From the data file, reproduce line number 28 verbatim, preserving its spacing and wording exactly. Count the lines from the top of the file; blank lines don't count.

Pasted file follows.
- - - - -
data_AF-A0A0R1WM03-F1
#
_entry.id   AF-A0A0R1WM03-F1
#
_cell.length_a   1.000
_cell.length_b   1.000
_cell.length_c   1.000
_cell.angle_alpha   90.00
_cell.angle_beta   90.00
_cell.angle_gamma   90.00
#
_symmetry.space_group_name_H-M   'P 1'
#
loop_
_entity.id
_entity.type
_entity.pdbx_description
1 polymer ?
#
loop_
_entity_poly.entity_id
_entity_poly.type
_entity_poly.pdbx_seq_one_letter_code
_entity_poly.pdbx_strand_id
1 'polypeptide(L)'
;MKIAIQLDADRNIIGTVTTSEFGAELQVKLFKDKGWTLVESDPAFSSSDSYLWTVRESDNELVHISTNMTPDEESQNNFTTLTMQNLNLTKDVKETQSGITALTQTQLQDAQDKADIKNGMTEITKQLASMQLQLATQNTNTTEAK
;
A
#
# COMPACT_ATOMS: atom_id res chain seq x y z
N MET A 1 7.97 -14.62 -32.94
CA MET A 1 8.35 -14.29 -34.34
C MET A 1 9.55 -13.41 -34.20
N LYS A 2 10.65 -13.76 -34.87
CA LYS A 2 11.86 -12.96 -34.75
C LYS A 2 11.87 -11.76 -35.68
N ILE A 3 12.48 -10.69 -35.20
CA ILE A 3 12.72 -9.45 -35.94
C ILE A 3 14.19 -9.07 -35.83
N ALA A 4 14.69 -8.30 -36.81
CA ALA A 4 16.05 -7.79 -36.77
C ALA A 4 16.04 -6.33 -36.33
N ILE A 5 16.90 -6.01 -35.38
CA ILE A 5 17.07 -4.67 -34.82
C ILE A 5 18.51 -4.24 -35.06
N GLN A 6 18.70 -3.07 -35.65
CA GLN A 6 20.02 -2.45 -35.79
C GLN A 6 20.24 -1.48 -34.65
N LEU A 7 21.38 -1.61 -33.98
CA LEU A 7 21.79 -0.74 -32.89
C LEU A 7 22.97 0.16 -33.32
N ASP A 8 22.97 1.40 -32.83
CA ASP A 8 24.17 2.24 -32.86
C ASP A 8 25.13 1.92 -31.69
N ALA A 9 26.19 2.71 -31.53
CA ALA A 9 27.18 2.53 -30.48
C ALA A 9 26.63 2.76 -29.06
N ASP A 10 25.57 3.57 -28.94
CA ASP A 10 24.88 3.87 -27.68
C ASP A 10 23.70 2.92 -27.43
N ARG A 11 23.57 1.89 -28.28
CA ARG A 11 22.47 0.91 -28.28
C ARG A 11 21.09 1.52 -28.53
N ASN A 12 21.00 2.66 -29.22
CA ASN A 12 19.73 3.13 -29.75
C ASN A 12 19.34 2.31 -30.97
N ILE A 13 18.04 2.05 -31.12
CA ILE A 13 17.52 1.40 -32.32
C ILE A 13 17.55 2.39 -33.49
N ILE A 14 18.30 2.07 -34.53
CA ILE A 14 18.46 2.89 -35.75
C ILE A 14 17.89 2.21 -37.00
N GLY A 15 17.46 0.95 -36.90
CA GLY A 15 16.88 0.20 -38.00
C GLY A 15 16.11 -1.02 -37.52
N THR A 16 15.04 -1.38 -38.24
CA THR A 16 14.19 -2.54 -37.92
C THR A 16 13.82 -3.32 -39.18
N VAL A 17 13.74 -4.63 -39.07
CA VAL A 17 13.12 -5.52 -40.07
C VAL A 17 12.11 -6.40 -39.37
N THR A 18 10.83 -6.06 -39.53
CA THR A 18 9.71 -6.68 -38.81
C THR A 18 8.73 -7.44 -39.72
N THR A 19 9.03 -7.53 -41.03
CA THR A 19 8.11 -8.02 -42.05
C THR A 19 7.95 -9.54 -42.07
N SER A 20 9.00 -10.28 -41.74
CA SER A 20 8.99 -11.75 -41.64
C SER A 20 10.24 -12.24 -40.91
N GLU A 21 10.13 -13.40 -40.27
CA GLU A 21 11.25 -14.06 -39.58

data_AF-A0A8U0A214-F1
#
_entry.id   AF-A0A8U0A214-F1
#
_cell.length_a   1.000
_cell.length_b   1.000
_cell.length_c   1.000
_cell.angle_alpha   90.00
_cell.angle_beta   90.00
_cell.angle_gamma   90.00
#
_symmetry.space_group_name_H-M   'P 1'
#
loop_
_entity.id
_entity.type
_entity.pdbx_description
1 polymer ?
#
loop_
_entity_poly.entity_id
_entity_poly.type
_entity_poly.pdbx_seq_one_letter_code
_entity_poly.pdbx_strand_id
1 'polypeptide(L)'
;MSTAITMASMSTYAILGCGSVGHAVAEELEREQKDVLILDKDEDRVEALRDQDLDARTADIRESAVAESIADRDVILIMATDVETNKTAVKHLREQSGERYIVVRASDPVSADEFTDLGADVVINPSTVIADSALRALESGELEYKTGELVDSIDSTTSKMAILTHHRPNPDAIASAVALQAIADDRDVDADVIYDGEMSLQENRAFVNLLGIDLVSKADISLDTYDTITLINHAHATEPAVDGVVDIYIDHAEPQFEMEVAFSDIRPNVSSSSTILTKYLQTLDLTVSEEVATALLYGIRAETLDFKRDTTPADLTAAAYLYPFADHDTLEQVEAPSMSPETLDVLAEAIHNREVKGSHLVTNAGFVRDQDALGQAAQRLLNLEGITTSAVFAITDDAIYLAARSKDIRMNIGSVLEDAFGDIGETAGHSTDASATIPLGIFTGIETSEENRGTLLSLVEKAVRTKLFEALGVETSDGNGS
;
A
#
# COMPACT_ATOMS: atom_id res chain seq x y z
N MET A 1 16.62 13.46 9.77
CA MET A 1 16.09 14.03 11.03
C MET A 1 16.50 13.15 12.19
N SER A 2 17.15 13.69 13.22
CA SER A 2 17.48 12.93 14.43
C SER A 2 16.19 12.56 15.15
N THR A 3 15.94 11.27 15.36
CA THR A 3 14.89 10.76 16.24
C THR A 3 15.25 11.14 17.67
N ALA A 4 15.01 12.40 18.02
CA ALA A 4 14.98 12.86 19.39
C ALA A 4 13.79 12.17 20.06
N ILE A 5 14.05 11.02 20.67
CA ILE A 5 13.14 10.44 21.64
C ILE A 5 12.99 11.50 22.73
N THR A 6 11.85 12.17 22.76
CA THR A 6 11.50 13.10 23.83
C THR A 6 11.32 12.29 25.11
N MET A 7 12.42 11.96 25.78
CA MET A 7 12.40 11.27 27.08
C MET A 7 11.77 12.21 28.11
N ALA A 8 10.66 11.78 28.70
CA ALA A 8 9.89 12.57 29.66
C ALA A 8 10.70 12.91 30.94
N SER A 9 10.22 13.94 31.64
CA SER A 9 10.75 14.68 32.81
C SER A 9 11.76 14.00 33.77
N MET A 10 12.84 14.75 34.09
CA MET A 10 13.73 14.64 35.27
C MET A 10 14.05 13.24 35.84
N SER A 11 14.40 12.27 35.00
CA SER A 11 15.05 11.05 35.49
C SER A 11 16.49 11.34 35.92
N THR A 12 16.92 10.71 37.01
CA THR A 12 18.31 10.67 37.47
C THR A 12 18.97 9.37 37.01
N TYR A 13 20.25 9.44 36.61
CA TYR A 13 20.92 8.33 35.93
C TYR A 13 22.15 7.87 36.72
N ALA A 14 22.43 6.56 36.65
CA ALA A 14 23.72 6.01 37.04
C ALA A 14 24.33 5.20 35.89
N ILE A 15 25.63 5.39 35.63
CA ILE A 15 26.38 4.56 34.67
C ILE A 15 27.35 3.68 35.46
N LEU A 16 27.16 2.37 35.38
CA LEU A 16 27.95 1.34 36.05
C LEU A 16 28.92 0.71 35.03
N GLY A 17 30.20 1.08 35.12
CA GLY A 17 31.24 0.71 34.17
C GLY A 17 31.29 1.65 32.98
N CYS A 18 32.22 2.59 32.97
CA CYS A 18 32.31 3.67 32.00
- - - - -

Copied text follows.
A